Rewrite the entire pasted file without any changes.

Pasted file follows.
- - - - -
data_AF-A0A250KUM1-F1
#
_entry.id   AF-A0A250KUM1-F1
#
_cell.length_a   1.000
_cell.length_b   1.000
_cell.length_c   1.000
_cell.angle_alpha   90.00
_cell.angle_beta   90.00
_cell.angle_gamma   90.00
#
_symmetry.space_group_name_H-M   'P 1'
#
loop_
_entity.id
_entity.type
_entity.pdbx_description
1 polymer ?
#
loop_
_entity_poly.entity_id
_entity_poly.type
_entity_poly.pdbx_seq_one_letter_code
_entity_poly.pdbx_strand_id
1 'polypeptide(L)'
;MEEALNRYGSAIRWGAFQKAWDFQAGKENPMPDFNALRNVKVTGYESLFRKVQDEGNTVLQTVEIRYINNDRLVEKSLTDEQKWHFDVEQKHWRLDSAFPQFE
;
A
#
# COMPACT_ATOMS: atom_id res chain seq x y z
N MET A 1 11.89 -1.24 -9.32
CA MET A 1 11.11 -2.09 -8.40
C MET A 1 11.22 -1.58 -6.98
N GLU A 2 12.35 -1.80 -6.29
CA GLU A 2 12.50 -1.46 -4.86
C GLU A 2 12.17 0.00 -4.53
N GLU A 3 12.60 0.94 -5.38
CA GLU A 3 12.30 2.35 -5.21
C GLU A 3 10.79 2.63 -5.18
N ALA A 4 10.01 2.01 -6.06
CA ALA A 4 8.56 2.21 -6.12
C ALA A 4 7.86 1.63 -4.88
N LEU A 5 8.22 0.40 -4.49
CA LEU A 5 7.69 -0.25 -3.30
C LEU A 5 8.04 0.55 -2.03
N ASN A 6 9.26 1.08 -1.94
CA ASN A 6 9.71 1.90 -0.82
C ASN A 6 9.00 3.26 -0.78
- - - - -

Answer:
data_AF-A0A250KUM1-F1
#
_entry.id   AF-A0A250KUM1-F1
#
_cell.length_a   1.000
_cell.length_b   1.000
_cell.length_c   1.000
_cell.angle_alpha   90.00
_cell.angle_beta   90.00
_cell.angle_gamma   90.00
#
_symmetry.space_group_name_H-M   'P 1'
#
loop_
_entity.id
_entity.type
_entity.pdbx_description
1 polymer ?
#
loop_
_entity_poly.entity_id
_entity_poly.type
_entity_poly.pdbx_seq_one_letter_code
_entity_poly.pdbx_strand_id
1 'polypeptide(L)'
;MEEALNRYGSAIRWGAFQKAWDFQAGKENPMPDFNALRNVKVTGYESLFRKVQDEGNTVLQTVEIRYINNDRLVEKSLTDEQKWHFDVEQKHWRLDSAFPQFE
;
A
#
# COMPACT_ATOMS: atom_id res chain seq x y z
N MET A 1 11.89 -1.24 -9.32
CA MET A 1 11.11 -2.09 -8.40
C MET A 1 11.22 -1.58 -6.98
N GLU A 2 12.35 -1.80 -6.29
CA GLU A 2 12.50 -1.46 -4.86
C GLU A 2 12.17 0.00 -4.53
N GLU A 3 12.60 0.94 -5.38
CA GLU A 3 12.30 2.35 -5.21
C GLU A 3 10.79 2.63 -5.18
N ALA A 4 10.01 2.01 -6.06
CA ALA A 4 8.56 2.21 -6.12
C ALA A 4 7.86 1.63 -4.88
N LEU A 5 8.22 0.40 -4.49
CA LEU A 5 7.69 -0.25 -3.30
C LEU A 5 8.04 0.55 -2.03
N ASN A 6 9.26 1.08 -1.94
CA ASN A 6 9.71 1.90 -0.82
C ASN A 6 9.00 3.26 -0.78